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Queen Caroline's Monument

Stowe: Pegg's Terrace and Warden Hill Walk

Queen Caroline's Statue Queen Caroline's Monument was built around 1726 to honor her when she was Princess of Wales. At that time, her monument was located opposite the Rotunda to the east, and a formal canal was located between the two. Just to the north of the canal, on a rise that gave a commanding view of the immediate area and the formal gardens to the south of it, was a corresponding monument to her husband, the Prince. The names of both monuments were changed appropriately when George II ascended the throne in 1727.

At her end of the canal, the lawn was cut into the side of the hill in three sharp terraces, which became known as the Queen's Theatre. Her monument was surrounded on these terraces by statues of shepherds and shepherdesses. The photograph above left, showing the detail of Caroline's state robes, was taken by a member of the National Trust staff when the monument was restored in 1993. The photograph below right shows the entire monument, which consists of four fluted Ionic columns raised on a plinth and supporting a statue of the Queen.

Queen Caroline's Monument As the Survey points out, buildings and monuments were often moved at Stowe, and this one was relocated between 1762-64 when Earl Temple was making major garden design changes to the areas of the Rotunda and Sleeping Wood and the South Front that were intended to "naturalize" those areas of the garden. The formal plantings in both areas had been thinned or, in some cases, completely removed, the basin between the Rotunda and the Queen's Theatre was filled in, the sharp edges of the terraces surrounding it were softened, and the Queen's monument was taken down (though the King's Pillar remained in its place until 1840).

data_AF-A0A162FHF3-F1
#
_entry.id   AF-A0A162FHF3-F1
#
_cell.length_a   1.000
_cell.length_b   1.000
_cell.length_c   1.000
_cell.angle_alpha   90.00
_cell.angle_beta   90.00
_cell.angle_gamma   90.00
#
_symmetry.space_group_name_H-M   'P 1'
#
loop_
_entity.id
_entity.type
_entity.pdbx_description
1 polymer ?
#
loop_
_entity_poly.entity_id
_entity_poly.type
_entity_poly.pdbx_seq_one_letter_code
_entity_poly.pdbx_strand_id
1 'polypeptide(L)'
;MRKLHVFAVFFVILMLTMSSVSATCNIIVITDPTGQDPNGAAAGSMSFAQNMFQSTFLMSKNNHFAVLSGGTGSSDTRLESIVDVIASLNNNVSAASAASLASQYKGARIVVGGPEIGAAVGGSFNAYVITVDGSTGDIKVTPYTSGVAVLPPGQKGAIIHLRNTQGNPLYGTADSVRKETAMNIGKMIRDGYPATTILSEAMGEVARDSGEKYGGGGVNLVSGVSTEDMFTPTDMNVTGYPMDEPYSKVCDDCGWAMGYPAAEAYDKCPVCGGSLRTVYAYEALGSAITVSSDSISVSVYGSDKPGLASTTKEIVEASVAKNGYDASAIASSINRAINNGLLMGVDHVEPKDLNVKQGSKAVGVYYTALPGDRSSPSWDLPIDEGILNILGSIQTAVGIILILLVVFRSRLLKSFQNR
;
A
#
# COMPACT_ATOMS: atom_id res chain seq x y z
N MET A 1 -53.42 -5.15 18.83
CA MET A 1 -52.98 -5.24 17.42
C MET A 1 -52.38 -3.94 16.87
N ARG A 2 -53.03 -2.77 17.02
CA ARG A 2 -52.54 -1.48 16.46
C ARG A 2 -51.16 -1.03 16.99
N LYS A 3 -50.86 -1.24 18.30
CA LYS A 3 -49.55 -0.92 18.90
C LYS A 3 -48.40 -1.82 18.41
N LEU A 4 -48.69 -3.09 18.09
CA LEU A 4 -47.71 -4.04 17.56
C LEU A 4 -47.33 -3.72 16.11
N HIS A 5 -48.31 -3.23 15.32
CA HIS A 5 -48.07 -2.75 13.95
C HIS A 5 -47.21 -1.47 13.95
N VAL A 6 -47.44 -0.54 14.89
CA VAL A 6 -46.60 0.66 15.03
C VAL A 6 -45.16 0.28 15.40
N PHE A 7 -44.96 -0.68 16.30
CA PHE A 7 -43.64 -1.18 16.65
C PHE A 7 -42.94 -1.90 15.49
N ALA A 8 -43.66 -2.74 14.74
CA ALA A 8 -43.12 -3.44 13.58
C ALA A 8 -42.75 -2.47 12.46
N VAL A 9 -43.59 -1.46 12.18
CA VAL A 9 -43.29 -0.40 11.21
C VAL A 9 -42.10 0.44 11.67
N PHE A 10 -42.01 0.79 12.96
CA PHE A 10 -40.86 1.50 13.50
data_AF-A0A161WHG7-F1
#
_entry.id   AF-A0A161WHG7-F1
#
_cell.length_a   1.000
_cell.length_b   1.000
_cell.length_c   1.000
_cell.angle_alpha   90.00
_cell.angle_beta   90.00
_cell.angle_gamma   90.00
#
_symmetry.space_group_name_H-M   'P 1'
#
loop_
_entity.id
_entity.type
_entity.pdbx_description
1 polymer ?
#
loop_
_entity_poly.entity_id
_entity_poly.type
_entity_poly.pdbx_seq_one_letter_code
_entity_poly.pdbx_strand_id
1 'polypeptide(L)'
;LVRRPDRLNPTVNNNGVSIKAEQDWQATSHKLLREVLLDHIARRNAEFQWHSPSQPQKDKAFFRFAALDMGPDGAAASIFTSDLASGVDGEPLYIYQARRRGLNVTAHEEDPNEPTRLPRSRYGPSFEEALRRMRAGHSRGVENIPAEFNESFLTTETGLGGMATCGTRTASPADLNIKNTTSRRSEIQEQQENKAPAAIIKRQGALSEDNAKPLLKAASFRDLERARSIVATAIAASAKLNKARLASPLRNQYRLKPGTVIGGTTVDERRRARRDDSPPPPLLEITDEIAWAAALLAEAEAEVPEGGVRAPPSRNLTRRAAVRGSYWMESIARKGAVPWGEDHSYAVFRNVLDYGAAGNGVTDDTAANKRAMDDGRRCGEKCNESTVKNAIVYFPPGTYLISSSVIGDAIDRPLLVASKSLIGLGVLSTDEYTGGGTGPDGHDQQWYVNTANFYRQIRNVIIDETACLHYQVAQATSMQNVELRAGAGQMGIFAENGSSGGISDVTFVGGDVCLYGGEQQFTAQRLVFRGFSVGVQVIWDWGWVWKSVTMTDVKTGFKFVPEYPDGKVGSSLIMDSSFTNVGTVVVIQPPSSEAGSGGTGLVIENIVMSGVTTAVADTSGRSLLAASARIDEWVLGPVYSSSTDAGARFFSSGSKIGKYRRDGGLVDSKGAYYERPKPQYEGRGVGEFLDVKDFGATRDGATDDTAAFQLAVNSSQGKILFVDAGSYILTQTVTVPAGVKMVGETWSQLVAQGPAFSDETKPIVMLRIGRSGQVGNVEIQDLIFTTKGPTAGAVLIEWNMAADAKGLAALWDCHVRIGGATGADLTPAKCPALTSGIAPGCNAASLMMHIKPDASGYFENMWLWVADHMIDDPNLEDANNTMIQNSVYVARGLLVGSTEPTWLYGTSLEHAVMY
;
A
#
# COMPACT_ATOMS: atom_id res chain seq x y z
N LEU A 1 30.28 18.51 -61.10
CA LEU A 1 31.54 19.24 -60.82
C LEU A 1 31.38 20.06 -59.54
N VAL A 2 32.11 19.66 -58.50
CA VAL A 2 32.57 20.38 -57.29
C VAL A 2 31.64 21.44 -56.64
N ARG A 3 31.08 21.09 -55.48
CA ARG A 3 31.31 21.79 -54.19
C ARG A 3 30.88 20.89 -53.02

When the Gibbs' Building (also called at different times the Belvedere, the Temple of Fame, and the Temple of Diana) was removed and relocated to the northeastern end of the Grecian Valley as the Fane of Pastoral Poetry, Queen Caroline's Monument was re-erected on the site, where it stands today. It still faces the Rotunda, but it does so now from the west, where it sits on a rise near the western edge of the Home Park. From it are views (some blocked by vegetation) not only of the Rotunda but also of the Lake Pavilions and the Temple of Venus on Pegg's Terrace.

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John D. Tatter, Birmingham-Southern College,